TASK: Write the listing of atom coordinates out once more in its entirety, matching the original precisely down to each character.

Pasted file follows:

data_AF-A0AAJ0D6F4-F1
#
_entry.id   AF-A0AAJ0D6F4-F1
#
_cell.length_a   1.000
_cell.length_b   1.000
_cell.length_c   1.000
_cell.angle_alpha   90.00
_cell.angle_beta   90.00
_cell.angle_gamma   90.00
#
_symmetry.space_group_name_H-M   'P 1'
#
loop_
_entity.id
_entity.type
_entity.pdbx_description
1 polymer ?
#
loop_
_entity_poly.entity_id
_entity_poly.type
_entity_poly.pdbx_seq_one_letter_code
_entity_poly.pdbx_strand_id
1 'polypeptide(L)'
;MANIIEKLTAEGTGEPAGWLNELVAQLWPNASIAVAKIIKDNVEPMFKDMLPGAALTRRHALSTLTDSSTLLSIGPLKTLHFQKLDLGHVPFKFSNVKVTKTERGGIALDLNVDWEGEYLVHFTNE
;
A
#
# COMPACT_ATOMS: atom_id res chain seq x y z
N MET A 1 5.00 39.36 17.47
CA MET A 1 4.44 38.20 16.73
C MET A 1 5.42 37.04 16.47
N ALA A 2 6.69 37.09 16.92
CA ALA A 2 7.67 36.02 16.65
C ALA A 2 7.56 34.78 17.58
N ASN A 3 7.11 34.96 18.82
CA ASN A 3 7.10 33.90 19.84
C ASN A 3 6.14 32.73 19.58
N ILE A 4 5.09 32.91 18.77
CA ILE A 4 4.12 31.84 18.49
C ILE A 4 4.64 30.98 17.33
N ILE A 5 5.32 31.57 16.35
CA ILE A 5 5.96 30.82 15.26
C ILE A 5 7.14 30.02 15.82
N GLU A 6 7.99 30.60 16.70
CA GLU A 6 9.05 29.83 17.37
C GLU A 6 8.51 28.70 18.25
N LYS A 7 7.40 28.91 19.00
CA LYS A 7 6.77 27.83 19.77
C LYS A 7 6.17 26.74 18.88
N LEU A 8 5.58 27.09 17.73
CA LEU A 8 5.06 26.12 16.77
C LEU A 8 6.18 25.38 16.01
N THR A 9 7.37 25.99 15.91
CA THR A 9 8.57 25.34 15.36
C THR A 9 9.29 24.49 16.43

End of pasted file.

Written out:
data_AF-A0AAJ0D6F4-F1
#
_entry.id   AF-A0AAJ0D6F4-F1
#
_cell.length_a   1.000
_cell.length_b   1.000
_cell.length_c   1.000
_cell.angle_alpha   90.00
_cell.angle_beta   90.00
_cell.angle_gamma   90.00
#
_symmetry.space_group_name_H-M   'P 1'
#
loop_
_entity.id
_entity.type
_entity.pdbx_description
1 polymer ?
#
loop_
_entity_poly.entity_id
_entity_poly.type
_entity_poly.pdbx_seq_one_letter_code
_entity_poly.pdbx_strand_id
1 'polypeptide(L)'
;MANIIEKLTAEGTGEPAGWLNELVAQLWPNASIAVAKIIKDNVEPMFKDMLPGAALTRRHALSTLTDSSTLLSIGPLKTLHFQKLDLGHVPFKFSNVKVTKTERGGIALDLNVDWEGEYLVHFTNE
;
A
#
# COMPACT_ATOMS: atom_id res chain seq x y z
N MET A 1 5.00 39.36 17.47
CA MET A 1 4.44 38.20 16.73
C MET A 1 5.42 37.04 16.47
N ALA A 2 6.69 37.09 16.92
CA ALA A 2 7.67 36.02 16.65
C ALA A 2 7.56 34.78 17.58
N ASN A 3 7.11 34.96 18.82
CA ASN A 3 7.10 33.90 19.84
C ASN A 3 6.14 32.73 19.58
N ILE A 4 5.09 32.91 18.77
CA ILE A 4 4.12 31.84 18.49
C ILE A 4 4.64 30.98 17.33
N ILE A 5 5.32 31.57 16.35
CA ILE A 5 5.96 30.82 15.26
C ILE A 5 7.14 30.02 15.82
N GLU A 6 7.99 30.60 16.70
CA GLU A 6 9.05 29.83 17.37
C GLU A 6 8.51 28.70 18.25
N LYS A 7 7.40 28.91 19.00
CA LYS A 7 6.77 27.83 19.77
C LYS A 7 6.17 26.74 18.88
N LEU A 8 5.58 27.09 17.73
CA LEU A 8 5.06 26.12 16.77
C LEU A 8 6.18 25.38 16.01
N THR A 9 7.37 25.99 15.91
CA THR A 9 8.57 25.34 15.36
C THR A 9 9.29 24.49 16.43